So you’re thinking of voting for a pro-choice candidate…

I’m pro-life. 

Or, put another way, I believe the sacred personhood of an individual begins before birth and continues throughout life, and I believe that sacred personhood is worth protecting, whether it’s tucked inside a womb, waiting on death row, fleeing Syria in search of a home, or playing beneath the shadow of an American drone.

I’ve also voted for both pro-life and pro-choice candidates for political office, including Barack Obama in 2012 and 2008, and George W. Bush in 2004 and 2000.

So I speak as someone who has struggled with, and in some cases regretted, her decisions at the ballot box, and who recognizes no single political party boasts a consistent pro-life ethic, just as no single political party embodies the teachings of Jesus or the values of his Kingdom. (If you think this is the first year your vote fails to reflect Christian principles, I’ve got some bad news.) I speak too as someone acutely aware of the inconsistencies and uncertainties in my own pro-life convictions, which continue to be challenged and changed in the midst of lived experience.

While I’ve written in the past about feeling caught between the pro-life and pro-choice camps, I’ve never used my platform to endorse a presidential candidate. But as so many others have said, this year is different.Knowing many of my pro-life friends feel torn between voting for an unpopular but highly qualified pro-choice candidate in Hillary Clinton and an incompetent narcissist who poses a unique threat to our American democracy in Donald Trump, I’d like to make a proposal:

You should vote for Hillary Clinton. 

And I’d like to suggest that voting for a pro-choice candidate in this election, or any election, need not overburden your conscience.

Here’s why:

In the eight years since we’ve had a pro-choice president, the abortion rate in the U.S. has dropped to its lowest since 1973. I believe the best way to keep this trend going is not to simply make it harder for women to terminate unwanted pregnancies but to create a culture with fewer unwanted pregnancies to begin with.  Data suggests progressive social policies that make healthcare and childcare more affordable, make contraception more accessible, alleviate poverty, and support a living wage do the most to create such a culture, while countries where abortion is simply illegal see no change in the abortion rate.

By focusing exclusively on the legal components of abortion while simultaneously opposing these family-friendly social policies, the Republican Party has managed to hold pro-life voters hostage with the promise of outlawing abortion, (which has yet to happen under any Republican administrations since Roe v. Wade), while actively working against the very policies that would lead to a significant reduction in unwanted pregnancies.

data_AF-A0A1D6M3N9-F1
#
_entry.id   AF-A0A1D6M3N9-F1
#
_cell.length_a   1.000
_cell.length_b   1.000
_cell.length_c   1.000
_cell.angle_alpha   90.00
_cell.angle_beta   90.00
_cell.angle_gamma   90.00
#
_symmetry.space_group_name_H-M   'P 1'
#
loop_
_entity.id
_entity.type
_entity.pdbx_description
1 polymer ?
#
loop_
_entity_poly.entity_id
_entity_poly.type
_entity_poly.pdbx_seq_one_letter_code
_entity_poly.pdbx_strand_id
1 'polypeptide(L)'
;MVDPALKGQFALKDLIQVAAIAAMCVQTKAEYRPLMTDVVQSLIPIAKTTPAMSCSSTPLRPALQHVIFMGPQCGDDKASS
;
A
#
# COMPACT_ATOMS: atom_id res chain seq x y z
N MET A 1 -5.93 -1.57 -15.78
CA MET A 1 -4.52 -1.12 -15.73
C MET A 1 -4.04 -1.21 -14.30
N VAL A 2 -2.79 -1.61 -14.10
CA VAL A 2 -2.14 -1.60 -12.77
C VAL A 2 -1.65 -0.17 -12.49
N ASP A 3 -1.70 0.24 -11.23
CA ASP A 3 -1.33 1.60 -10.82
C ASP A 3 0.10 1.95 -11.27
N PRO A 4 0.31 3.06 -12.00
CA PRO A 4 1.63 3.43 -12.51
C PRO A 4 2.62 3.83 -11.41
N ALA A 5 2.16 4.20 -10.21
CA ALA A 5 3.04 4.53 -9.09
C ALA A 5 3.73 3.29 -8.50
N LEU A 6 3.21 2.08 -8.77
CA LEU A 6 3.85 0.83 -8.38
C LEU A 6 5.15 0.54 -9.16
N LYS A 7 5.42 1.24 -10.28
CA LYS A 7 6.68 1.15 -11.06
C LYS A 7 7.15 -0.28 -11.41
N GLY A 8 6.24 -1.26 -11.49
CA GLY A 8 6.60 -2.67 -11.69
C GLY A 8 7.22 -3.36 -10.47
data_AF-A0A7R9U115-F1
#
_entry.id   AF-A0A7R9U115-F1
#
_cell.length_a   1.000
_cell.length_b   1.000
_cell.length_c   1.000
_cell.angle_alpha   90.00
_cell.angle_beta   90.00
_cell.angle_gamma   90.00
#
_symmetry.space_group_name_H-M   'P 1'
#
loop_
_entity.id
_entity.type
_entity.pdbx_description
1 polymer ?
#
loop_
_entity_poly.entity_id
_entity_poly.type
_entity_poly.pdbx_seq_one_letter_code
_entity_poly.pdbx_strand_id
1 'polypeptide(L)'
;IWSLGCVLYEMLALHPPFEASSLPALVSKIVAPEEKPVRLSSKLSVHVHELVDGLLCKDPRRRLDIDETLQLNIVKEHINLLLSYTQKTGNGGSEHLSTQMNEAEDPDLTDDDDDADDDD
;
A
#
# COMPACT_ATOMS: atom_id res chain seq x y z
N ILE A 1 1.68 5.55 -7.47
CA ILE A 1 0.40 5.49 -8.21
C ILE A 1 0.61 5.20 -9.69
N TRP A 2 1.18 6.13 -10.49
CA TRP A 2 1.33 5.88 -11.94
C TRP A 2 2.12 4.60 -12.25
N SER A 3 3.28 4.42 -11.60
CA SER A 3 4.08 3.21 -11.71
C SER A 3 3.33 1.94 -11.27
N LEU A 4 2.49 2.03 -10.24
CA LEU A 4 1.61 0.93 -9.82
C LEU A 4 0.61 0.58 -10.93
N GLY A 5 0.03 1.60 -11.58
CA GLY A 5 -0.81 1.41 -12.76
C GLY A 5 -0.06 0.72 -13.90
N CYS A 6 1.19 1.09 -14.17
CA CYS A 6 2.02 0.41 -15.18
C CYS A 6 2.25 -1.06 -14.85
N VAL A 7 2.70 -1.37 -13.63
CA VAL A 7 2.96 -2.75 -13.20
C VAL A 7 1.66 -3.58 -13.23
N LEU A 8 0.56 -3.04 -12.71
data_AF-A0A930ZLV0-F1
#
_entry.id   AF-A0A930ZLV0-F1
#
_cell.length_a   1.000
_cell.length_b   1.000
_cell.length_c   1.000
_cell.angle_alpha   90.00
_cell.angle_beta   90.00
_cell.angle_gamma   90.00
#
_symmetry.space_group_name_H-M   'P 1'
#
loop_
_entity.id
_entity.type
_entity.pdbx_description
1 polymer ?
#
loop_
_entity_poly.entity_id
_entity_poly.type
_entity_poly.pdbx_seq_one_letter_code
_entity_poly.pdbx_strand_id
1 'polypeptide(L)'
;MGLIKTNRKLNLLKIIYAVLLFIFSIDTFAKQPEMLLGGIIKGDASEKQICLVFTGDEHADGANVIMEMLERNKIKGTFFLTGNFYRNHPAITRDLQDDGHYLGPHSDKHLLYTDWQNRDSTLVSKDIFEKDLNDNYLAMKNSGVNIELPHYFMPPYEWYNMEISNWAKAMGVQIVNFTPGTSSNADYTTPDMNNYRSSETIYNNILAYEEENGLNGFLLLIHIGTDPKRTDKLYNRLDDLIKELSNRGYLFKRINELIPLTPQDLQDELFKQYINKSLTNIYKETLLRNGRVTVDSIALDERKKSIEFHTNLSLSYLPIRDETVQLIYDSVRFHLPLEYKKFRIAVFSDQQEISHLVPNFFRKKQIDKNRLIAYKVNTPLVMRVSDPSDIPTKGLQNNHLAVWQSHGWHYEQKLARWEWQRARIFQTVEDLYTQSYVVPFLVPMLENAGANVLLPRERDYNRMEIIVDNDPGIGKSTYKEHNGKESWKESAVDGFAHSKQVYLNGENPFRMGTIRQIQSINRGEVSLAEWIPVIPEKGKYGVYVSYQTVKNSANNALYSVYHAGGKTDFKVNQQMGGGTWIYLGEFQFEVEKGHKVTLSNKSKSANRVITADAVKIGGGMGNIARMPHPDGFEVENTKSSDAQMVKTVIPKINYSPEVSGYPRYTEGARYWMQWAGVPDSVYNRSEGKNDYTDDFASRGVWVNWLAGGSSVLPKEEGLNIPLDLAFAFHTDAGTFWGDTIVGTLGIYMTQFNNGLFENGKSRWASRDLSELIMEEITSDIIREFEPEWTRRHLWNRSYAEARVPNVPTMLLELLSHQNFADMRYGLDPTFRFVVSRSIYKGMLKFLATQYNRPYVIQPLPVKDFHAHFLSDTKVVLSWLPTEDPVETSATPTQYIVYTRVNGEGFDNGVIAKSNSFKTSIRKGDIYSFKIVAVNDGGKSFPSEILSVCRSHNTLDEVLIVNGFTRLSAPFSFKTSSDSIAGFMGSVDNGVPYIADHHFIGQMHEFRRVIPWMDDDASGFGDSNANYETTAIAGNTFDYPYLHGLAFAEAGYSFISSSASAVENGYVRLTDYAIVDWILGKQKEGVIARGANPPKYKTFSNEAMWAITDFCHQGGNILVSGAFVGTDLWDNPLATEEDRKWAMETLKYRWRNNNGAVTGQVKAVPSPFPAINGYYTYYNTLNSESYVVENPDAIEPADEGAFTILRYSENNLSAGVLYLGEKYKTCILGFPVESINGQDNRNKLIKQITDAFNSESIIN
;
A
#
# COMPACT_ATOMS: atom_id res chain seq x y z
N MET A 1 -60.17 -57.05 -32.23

So even though I think abortion is morally wrong in most cases, and support more legal restrictions around it, I often vote for pro-choice candidates when I think their policies will do the most to address the health and economic concerns that drive women to get abortions in the first place. For me, it’s not just about being pro-birth; it’s about being pro-life. Every child deserves to live in a home and in a culture that welcomes them and can meet their basic needs. Every mother deserves the chance to thrive. Forcing millions of women to have children they can’t support, or driving them to Gosnell-style black market clinics, will not do. We have to work together—pro-life and pro-choice, Democrat and Republican, conservative Christian and progressive Christian—to create a culture of life that celebrates families and makes it easier to have and raise kids. This is the only way to make our efforts at rarifying abortion truly sustainable.

This year, Hillary Clinton has better policy proposals to help improve the lives of women, children, and families than Donald Trump, whose pro-life convictions are lukewarm at best, and whose mass deportation plan would rip hundreds of thousands of families apart, whose contempt for Latinos, Muslims, refugees and people with disabilities would further marginalized the “least of these” among us, and whose support for torture and targeting civilians in war call into question whether Christians who support him are truly pro-life or simply anti-abortion.

Source: So you’re thinking of voting for a pro-choice candidate…


*Please note, this is not my article, nor do I consider myself pro-life. However I do think it’s an interesting take and something valuable.

4 thoughts on “So you’re thinking of voting for a pro-choice candidate…

  1. I find your argument entirely reasonable, and it comes under the adage “an ounce of prevention is worth a pound of cure”. Most abortions, by a very wide margin, are sought by the poor, and the second most common cause is ignorance of proper contraceptive techniques. If you want to eliminate abortion, FIX POVERTY, and promote sex education.


    1. I agree! I still am back and forth about if I’m pro-choice or pro-life. It seems to be complicated issue because of the issue of bodily autonomy… That’s truly why I like the idea of fixing the reasons why because that makes both sides happy.

      Although, side note, this isn’t my article! Just reposted it because it was wonderful.

      Liked by 1 person

        1. And I appreciate yours too! Although now that I’ve read these articles I plan on doing some research and writing of my own. Trying to get away from reposting everything

          Liked by 1 person

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